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We Must Urgently Address the Political Process for After the Gaza War

Israeli troops on the ground in Gaza. Photo: IDF via Reuters

The war in Gaza has now been going on for six months, yet to this day, there has been no effort whatsoever toward a long-term political process. Without such a process, it will not be possible to formulate an agreed plan for the “day after.” The only political process so far is related to the negotiations to Israeli hostages, and temporary ceasefire. The impression this conveys to the international arena is that Israel is not interested in discussing alternatives towards ending the war and adopting steps for stabilizing the situation in the Gaza Strip and beyond. Tremendous damage is being caused by this omission. A move towards a political process, based on the main principles suggested in this article, may reduce the damage and serve vital Israeli interests.

The damage caused by the absence of any political process in the current war is clear. The lack of trust about Israel’s intentions and abilities, and the fear of wider escalation in the region, are seriously detrimental to Israel’s ability to achieve its war goals (which are not clear at all). This is occurring despite the common interest shared by Israel and most of the relevant actors in the region and beyond — that Hamas must be prevented from ending the war in a position of achievement, a prospect that would have negative implications in the region and beyond.

This paper lays out a number of general principles that could be acceptable to Israel, the relevant actors in the region, and the international arena.

Massive humanitarian aid to Gaza’s residents:

This is now a clear strategic need, beyond moral or human aspects, which are absolutely important and critical by themselves. The perception created by an ineffective Israeli mobilization to transfer aid is fatally damaging to Israel’s interests and image. At this stage, the international train has left the station and started initiating its own efforts to mobilize aid to Gaza.

The Gaza Strip will not be controlled by Hamas:

The horrible attack of October 7 proved, for those who had any doubt, that Hamas cannot be a legitimate political player in the Palestinian arena. Its refusal to recognize either the state of Israel and previous agreements signed by Israel and the Palestinians, and its continuation with armed struggle, and reiteration of its genocide intentions for Israel, render it totally unacceptable to continue controlling the Gaza Strip. Actually, this is a shared interest for most of the moderate players in the region (Arab countries) and beyond.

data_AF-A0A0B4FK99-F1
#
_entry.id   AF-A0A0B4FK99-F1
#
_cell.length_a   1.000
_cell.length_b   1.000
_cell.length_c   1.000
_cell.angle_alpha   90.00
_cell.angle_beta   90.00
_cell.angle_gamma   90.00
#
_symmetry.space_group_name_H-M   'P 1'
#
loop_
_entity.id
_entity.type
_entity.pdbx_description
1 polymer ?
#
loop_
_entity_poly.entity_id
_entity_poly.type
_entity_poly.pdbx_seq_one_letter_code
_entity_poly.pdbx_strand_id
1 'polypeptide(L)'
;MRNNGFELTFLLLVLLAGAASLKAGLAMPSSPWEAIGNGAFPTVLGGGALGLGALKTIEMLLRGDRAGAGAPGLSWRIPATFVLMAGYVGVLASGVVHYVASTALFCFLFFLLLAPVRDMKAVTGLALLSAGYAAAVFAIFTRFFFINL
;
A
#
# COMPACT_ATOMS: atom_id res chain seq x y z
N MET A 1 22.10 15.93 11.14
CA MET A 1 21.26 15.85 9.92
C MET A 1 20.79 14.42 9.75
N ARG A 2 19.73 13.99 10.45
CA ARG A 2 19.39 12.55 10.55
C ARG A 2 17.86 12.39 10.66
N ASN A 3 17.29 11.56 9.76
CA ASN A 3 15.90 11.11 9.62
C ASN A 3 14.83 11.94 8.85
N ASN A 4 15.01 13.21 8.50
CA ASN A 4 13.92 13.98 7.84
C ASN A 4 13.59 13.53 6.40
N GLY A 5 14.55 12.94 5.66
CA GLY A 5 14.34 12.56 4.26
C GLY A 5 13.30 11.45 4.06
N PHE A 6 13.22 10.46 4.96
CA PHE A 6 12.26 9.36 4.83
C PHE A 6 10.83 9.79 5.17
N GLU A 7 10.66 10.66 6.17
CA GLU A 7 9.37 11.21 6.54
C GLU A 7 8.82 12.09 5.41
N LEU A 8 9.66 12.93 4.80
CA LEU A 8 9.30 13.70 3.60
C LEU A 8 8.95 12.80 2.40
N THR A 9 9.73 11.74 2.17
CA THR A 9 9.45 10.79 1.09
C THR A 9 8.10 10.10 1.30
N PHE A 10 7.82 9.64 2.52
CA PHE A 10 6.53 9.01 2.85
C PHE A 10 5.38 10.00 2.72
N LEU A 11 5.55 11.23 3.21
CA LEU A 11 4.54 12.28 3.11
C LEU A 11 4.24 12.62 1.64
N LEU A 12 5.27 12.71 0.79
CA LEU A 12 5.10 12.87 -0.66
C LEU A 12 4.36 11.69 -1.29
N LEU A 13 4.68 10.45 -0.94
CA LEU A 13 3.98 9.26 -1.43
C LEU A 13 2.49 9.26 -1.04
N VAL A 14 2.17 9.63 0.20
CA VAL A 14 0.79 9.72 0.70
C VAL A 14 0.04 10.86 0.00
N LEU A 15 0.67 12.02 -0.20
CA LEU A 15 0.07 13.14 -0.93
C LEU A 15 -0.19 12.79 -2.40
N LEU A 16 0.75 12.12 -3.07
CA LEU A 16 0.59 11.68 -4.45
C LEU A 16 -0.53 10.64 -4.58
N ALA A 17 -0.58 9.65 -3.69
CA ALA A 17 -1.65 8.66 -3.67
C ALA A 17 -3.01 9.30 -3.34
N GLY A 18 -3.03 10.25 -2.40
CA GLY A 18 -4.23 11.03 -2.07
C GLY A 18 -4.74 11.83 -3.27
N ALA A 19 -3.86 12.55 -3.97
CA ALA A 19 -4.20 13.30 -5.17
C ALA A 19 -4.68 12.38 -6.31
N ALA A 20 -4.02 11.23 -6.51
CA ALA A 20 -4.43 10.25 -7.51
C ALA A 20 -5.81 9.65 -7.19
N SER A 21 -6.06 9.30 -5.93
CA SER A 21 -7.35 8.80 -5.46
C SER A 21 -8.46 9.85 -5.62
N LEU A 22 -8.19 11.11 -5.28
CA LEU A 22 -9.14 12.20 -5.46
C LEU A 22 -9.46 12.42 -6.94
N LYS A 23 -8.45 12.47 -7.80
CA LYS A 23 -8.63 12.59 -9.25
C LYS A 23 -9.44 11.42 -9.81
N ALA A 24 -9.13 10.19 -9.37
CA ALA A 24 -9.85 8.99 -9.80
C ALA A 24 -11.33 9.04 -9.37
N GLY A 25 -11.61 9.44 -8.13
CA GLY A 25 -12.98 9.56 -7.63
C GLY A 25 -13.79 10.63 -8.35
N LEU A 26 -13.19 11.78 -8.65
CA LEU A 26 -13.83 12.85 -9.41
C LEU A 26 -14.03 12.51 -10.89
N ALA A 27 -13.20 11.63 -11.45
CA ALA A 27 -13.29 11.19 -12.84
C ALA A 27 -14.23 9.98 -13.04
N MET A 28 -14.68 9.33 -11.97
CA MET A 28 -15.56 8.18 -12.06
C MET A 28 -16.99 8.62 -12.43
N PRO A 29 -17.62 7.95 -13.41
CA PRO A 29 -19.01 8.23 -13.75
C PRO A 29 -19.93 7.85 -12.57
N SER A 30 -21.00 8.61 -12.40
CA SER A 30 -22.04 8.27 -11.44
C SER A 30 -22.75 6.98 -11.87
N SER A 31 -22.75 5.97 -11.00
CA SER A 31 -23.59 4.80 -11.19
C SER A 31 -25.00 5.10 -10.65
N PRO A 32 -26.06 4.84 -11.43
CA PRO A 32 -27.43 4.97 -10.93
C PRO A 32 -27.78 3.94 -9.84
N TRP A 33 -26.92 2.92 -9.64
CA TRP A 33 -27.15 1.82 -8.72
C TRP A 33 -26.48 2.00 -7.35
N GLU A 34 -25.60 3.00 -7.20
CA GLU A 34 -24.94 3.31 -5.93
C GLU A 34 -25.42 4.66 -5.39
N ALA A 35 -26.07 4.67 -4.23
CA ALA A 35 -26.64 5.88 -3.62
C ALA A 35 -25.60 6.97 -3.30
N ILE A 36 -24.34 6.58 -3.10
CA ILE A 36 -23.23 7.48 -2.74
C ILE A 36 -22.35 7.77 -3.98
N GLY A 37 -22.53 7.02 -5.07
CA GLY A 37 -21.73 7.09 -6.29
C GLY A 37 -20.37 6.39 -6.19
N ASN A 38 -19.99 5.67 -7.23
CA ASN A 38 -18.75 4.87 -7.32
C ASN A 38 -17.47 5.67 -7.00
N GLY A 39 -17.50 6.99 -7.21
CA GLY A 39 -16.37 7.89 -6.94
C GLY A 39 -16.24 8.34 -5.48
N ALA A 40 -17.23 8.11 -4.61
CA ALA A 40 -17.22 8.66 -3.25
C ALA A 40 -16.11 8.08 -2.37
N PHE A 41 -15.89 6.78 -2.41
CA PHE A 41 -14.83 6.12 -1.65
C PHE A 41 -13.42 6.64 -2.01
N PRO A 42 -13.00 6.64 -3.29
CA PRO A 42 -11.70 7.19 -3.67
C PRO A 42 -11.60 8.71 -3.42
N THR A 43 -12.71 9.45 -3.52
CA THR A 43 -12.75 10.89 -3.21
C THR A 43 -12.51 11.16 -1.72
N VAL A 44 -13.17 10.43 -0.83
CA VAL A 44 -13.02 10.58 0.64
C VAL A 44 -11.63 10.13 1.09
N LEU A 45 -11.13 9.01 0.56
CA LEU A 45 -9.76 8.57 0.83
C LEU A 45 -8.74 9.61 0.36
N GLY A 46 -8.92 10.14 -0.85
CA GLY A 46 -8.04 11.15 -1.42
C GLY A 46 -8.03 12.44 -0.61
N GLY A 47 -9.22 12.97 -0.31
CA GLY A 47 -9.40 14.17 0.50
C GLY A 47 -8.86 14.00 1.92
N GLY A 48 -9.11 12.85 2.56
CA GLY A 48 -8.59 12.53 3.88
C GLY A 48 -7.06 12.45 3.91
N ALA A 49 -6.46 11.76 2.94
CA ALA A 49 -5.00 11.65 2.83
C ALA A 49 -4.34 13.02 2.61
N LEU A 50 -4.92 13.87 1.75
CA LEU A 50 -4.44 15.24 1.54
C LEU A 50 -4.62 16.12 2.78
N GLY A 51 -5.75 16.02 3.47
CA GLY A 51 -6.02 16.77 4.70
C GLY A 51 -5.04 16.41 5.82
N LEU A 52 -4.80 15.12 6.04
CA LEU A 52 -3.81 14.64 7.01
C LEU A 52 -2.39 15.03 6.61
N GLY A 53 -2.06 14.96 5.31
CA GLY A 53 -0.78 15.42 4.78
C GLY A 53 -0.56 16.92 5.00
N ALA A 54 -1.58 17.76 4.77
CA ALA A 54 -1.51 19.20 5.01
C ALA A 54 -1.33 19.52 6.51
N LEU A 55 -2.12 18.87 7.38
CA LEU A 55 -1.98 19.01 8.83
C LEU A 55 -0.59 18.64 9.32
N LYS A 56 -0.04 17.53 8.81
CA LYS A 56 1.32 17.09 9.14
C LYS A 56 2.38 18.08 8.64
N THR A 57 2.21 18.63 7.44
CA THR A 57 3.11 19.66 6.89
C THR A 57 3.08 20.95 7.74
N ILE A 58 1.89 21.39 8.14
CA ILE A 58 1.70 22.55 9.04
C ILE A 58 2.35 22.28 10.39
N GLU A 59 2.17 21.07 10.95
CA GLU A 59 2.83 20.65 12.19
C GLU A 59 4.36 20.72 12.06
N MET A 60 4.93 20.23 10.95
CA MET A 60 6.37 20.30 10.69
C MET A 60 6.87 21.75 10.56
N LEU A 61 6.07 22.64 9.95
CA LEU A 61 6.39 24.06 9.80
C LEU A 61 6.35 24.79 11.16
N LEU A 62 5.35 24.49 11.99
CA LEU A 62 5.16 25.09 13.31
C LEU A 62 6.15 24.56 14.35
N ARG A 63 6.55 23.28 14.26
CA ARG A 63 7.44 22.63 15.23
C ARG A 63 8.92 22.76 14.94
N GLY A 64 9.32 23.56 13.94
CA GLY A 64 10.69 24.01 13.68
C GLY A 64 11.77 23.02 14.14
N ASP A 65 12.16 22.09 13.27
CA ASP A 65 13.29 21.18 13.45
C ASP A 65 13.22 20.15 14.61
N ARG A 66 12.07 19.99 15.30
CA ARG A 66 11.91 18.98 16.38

The Palestinian Authority (PA) is the only legitimate address for the Palestinians:

It is vital to reiterate that the PA is the only address for any political-economic-security discourse between Israel and the Palestinians and the International community, despite its known flaws. Obviously, the PA needs to implement comprehensive reforms in multiple areas, and should hold elections soon, in order to regain trust among the Palestinian people. The absence of an alternative to the Hamas regime in Gaza makes it very difficult to create enough pressure to bring about Hamas’ overthrow in Gaza.

Israel does not intend to remain in the Gaza Strip:

Israel needs to make a clear statement regarding its commitment to withdraw from the Gaza Strip. Doing so will end speculations — based on some statements by an Israeli politician regarding Israel’s intention remaining in Gaza and even resuming settlements there — that Israel wants to stay in Gaza.

Israel does not intend to carry out a forced transfer of the Palestinians from Gaza Strip:

Irresponsible Israeli statements, including by officials, have caused irrefutable damage to the relationship between Israel and its neighbors, especially Egypt and Jordan. Even if there are elements in Israel that entertain such ideas, it should be made perfectly clear that those voices do not represent government policy. The damage that has already been done is heavy and severe.

As noted, this is not a detailed “working plan.” Disagreements will likely arise between Israel and the regional and international community over the ways those principles should be manifested. However, in the current circumstances, they can drive a political process that is needed, and will serve vital Israeli interests.